HMRC has recently issued an Information Sheet (07/17) explaining how VAT applies to projects where a building is being constructed that makes use of or retains parts of a building that previously stood on the site, in particular where the building being constructed is designed as a dwelling (or number of dwellings) or is intended for use solely for a relevant residential or relevant charitable purpose.
The policy outlined in the Information Sheet impacts on the VAT liability of the supply of the services of constructing the building and the first grant of a major interest of the property constructed.
Previously, HMRC policy has been that any existing building must have been demolished completely to ground level in order for the construction of its replacement to be treated as construction of a building and for any zero-rated relief to apply on the works or the onward supply of the building. There was some relaxation of the law to allow zero-rating where there was a legal requirement to retain part of a building (for example a façade being retained as part of planning consent).
Three VAT cases have led to HMRC reconsidering its position and clarifying this in the Information Sheet.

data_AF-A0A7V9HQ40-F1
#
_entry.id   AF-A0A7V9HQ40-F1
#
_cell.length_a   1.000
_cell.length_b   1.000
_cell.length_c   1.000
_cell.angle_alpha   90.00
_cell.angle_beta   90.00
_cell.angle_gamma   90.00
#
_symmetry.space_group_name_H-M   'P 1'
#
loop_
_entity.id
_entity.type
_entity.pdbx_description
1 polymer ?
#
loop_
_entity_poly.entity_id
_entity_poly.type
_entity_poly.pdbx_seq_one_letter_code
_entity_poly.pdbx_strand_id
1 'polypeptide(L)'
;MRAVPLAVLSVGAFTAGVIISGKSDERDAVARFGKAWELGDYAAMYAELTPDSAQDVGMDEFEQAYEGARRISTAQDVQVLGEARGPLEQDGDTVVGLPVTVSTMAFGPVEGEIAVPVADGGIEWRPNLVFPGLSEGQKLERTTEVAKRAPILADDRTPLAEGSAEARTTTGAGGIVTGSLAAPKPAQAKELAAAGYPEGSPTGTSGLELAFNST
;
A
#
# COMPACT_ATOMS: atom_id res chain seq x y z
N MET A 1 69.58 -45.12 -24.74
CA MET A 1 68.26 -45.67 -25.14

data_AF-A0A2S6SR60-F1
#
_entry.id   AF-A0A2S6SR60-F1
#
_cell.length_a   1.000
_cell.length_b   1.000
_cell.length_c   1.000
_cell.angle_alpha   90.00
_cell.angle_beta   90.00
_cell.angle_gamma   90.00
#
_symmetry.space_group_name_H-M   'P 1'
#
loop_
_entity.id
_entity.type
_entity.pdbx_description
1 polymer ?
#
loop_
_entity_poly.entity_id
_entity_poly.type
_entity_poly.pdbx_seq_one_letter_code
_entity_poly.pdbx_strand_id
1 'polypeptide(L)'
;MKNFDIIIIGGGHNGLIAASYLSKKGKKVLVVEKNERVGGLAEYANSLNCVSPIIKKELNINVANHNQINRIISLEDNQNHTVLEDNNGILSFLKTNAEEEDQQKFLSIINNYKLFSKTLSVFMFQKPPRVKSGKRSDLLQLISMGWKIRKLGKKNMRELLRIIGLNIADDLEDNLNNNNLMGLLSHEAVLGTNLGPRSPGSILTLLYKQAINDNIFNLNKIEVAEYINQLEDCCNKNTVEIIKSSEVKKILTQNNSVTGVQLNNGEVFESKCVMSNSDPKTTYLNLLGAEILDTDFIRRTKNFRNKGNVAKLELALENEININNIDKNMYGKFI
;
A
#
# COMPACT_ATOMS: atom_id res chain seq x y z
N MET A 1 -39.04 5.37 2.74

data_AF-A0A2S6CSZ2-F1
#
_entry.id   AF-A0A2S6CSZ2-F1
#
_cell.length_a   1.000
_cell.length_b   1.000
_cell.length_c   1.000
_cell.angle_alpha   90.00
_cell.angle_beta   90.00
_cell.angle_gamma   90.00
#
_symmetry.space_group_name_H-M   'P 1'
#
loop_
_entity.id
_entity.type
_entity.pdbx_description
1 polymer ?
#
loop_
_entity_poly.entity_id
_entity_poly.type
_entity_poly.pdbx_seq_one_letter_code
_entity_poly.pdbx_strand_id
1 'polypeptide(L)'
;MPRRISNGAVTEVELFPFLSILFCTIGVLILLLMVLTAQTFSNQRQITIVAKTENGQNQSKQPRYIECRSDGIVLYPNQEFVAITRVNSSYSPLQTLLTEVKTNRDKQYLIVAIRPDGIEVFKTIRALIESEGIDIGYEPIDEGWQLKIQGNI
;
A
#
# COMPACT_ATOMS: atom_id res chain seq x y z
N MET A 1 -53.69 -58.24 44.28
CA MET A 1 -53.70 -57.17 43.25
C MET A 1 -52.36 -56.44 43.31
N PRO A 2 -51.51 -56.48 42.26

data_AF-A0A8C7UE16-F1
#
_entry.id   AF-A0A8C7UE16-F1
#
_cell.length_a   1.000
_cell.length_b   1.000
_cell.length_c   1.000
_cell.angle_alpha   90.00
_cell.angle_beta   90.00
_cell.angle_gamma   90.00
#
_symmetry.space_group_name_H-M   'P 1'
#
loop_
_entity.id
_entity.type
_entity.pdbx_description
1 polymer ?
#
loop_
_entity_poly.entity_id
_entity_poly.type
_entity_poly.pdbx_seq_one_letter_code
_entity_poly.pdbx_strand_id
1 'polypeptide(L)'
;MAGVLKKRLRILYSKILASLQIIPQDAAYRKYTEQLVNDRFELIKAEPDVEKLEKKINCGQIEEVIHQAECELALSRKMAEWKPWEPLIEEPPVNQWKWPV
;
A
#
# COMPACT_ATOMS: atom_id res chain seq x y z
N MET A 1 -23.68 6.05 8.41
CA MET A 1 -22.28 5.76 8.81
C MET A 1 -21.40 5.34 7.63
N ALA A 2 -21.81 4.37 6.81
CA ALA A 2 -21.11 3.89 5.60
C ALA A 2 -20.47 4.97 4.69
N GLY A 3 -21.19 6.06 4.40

The Information Sheet outlines the background to three cases: Astral, where a church was redeveloped into a much larger building designed as a nursing home; Boxmoor, where a house was almost completely demolished before a new house was constructed; and J3BS, where a coach house was redeveloped into a dwelling incorporating several exterior walls of the existing building.
HMRC has clarified that in situations similar to Astral where the works are so extensive that they cannot be described as works of alteration then zero-rating may still apply. It should be noted that the important factor here is that after the completed works the size and function of the building were very different from the original.
In cases similar to Boxmoor and J3BS, where parts of walls are retained, HMRC will still normally require that the retention is an explicit condition or requirement of Statutory Planning Consent, or similar, unless the planning documents make clear the work will be carried out in accordance with plans in which the retention of the façade is clearly shown.
It may be worth revisiting the VAT treatment of any buildings where zero-rating was not available as a result of the retention of part of an existing building where the size and use of the building changed significantly or the plans clearly showed the retention of part of the existing building.